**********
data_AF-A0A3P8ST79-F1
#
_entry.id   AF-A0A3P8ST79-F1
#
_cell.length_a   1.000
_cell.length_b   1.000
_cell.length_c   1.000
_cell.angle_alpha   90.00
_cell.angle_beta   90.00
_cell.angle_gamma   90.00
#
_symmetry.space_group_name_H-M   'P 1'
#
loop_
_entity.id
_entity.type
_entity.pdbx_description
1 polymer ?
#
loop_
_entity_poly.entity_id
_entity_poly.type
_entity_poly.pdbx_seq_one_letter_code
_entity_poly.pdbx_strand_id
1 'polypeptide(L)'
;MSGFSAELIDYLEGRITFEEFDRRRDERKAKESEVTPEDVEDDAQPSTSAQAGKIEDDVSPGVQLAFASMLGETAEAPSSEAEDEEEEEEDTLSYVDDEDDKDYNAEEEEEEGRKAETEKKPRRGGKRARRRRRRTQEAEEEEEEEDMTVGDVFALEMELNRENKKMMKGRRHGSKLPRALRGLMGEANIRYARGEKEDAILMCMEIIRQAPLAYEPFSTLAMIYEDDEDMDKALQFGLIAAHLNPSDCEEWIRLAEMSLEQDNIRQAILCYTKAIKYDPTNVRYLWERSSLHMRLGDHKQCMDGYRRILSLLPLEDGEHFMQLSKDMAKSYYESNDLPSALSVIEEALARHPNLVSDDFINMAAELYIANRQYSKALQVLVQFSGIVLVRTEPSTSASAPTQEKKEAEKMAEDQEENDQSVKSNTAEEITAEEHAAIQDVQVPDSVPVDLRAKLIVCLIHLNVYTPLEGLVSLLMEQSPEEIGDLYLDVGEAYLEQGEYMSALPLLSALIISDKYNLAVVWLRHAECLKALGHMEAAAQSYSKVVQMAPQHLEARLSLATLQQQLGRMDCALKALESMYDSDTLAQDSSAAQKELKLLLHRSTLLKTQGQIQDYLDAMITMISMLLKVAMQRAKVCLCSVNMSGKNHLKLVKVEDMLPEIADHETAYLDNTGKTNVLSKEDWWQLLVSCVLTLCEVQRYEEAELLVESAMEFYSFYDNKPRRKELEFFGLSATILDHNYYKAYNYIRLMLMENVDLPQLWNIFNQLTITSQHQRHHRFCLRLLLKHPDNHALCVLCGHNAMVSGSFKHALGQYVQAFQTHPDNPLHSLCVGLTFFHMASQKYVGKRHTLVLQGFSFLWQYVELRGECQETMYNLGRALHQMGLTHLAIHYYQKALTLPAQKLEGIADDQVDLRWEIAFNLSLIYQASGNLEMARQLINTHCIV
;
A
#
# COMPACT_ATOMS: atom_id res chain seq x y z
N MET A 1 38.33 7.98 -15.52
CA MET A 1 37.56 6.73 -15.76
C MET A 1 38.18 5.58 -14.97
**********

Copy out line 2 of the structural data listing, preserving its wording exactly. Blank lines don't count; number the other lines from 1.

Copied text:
#